Date: 11/2016 Publisher: Earth, Moon, and Planets Pages: 51 - 79 DOI: 10.1007/s11038-016-9490-5 Available at:
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Authors: Plus M., Auby I., Maurer D., Trut G., Del Amo Y., et al.
Title: Phytoplankton versus macrophyte contribution to primary production and biogeochemical cycles of a coastal mesotidal system. A modelling approach

This study presents an assessment of the contributions of various primary producers to the global annual production and N/P cycles of a coastal system, namely the Arcachon Bay, by means of a numerical model. This 3D model fully couples hydrodynamic with ecological processes and simulates nitrogen, silicon and phosphorus cycles as well as phytoplankton, macroalgae and seagrasses. Total annual production rates for the different components were calculated for different years (2005, 2007 and 2009) during a time period of drastic reduction in seagrass beds since 2005. The total demand of nitrogen and phosphorus was also calculated and discussed with regards to the riverine inputs. Moreover, this study presents the first estimation of particulate organic carbon export to the adjacent open oce. . .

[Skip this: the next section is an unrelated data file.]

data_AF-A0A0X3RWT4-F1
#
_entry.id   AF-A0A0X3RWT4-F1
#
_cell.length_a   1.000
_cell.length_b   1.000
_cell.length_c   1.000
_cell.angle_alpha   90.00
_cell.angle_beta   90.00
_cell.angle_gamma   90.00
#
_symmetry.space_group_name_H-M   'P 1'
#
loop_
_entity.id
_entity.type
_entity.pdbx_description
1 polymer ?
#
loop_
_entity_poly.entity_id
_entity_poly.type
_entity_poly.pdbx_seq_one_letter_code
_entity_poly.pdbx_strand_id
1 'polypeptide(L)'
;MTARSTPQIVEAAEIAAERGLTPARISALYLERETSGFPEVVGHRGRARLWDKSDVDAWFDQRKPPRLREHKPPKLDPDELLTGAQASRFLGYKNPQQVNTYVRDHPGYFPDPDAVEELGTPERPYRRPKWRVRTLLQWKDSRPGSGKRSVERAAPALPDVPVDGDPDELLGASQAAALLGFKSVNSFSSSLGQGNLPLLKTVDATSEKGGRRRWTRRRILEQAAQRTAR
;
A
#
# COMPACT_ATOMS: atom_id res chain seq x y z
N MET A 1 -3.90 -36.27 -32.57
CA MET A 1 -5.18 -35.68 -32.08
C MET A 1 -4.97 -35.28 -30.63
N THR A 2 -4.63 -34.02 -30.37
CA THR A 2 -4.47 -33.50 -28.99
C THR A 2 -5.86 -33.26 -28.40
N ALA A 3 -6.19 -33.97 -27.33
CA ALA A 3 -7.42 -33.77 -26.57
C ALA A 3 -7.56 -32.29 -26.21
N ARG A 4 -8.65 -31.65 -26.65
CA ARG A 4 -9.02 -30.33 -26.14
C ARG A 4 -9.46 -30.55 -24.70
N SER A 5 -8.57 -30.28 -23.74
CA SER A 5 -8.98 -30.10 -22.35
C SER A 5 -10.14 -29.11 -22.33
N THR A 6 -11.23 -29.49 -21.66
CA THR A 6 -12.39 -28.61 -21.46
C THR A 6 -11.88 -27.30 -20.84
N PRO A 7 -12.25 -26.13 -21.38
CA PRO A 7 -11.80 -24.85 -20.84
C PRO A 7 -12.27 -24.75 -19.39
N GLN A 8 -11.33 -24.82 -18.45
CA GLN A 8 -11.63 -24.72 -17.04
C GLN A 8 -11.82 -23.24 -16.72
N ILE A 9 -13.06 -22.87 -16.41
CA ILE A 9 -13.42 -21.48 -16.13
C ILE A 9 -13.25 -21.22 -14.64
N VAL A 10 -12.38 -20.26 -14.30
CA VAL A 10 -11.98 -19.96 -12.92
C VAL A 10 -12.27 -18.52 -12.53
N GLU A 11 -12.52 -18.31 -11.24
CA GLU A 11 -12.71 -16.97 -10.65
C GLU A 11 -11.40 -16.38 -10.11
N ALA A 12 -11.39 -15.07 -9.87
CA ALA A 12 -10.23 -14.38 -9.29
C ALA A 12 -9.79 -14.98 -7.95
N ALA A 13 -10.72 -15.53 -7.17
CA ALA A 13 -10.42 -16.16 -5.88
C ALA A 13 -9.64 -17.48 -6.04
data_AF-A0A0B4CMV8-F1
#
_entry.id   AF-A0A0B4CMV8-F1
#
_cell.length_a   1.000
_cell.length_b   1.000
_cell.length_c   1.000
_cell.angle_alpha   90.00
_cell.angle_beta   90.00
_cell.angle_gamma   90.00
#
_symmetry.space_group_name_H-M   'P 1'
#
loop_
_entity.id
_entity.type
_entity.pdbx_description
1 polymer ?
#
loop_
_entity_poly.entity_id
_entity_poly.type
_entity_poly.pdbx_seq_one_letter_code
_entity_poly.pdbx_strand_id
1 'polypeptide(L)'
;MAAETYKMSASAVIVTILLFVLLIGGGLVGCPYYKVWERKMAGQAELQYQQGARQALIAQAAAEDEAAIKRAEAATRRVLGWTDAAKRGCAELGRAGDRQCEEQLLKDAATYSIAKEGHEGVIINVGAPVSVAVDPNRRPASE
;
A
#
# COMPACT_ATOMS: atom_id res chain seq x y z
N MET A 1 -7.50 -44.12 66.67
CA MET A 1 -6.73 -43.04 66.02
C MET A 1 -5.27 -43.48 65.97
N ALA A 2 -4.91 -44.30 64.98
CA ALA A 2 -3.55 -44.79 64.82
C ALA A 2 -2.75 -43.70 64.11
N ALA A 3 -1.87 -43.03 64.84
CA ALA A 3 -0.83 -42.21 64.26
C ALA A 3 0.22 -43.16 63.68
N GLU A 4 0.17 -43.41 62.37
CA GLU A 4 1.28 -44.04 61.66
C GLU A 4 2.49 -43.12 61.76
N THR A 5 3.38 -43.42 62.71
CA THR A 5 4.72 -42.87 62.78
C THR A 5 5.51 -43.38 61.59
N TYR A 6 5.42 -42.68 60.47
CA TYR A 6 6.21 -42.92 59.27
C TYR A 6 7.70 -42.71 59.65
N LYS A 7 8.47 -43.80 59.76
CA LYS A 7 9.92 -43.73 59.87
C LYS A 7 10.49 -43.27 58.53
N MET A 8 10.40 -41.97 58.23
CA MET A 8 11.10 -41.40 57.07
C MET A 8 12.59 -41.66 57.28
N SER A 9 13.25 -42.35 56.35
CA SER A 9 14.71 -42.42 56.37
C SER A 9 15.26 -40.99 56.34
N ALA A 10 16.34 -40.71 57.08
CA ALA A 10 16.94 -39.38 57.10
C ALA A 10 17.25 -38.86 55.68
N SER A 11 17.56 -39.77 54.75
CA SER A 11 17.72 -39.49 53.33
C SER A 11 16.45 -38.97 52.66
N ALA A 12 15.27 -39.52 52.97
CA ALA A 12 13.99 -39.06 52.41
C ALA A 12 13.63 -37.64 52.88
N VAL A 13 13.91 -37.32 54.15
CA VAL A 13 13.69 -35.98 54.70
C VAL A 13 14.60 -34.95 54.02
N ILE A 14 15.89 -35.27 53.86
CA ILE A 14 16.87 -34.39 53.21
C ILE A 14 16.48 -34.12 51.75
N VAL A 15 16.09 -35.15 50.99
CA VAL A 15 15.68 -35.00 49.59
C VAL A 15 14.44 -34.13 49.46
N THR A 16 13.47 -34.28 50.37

Date: 11/2015 Publisher: Estuarine, Coastal and Shelf Science Pages: 52 - 60 DOI: 10.1016/j.ecss.2015.09.003 Available at: